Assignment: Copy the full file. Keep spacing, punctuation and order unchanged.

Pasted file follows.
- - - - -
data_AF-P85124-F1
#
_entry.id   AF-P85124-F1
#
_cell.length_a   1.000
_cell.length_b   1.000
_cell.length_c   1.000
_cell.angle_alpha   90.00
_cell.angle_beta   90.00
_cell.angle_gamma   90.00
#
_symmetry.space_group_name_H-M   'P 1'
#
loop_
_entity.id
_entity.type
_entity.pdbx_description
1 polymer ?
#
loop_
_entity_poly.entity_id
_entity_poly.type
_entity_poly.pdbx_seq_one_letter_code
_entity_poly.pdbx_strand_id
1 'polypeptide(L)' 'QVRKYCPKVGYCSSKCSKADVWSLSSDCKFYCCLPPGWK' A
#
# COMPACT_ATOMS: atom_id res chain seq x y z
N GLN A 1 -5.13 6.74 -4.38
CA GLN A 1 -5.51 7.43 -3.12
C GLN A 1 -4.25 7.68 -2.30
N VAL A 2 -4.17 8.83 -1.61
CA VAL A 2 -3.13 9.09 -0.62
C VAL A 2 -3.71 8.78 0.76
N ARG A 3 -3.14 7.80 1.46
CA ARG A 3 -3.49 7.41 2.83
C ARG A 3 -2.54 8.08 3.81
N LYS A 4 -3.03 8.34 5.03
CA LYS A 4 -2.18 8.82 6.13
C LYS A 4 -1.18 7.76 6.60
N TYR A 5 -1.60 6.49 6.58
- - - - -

data_AF-P85124-F1
#
_entry.id   AF-P85124-F1
#
_cell.length_a   1.000
_cell.length_b   1.000
_cell.length_c   1.000
_cell.angle_alpha   90.00
_cell.angle_beta   90.00
_cell.angle_gamma   90.00
#
_symmetry.space_group_name_H-M   'P 1'
#
loop_
_entity.id
_entity.type
_entity.pdbx_description
1 polymer ?
#
loop_
_entity_poly.entity_id
_entity_poly.type
_entity_poly.pdbx_seq_one_letter_code
_entity_poly.pdbx_strand_id
1 'polypeptide(L)' 'QVRKYCPKVGYCSSKCSKADVWSLSSDCKFYCCLPPGWK' A
#
# COMPACT_ATOMS: atom_id res chain seq x y z
N GLN A 1 -5.13 6.74 -4.38
CA GLN A 1 -5.51 7.43 -3.12
C GLN A 1 -4.25 7.68 -2.30
N VAL A 2 -4.17 8.83 -1.61
CA VAL A 2 -3.13 9.09 -0.62
C VAL A 2 -3.71 8.78 0.76
N ARG A 3 -3.14 7.80 1.46
CA ARG A 3 -3.49 7.41 2.83
C ARG A 3 -2.54 8.08 3.81
N LYS A 4 -3.03 8.34 5.03
CA LYS A 4 -2.18 8.82 6.13
C LYS A 4 -1.18 7.76 6.60
N TYR A 5 -1.60 6.49 6.58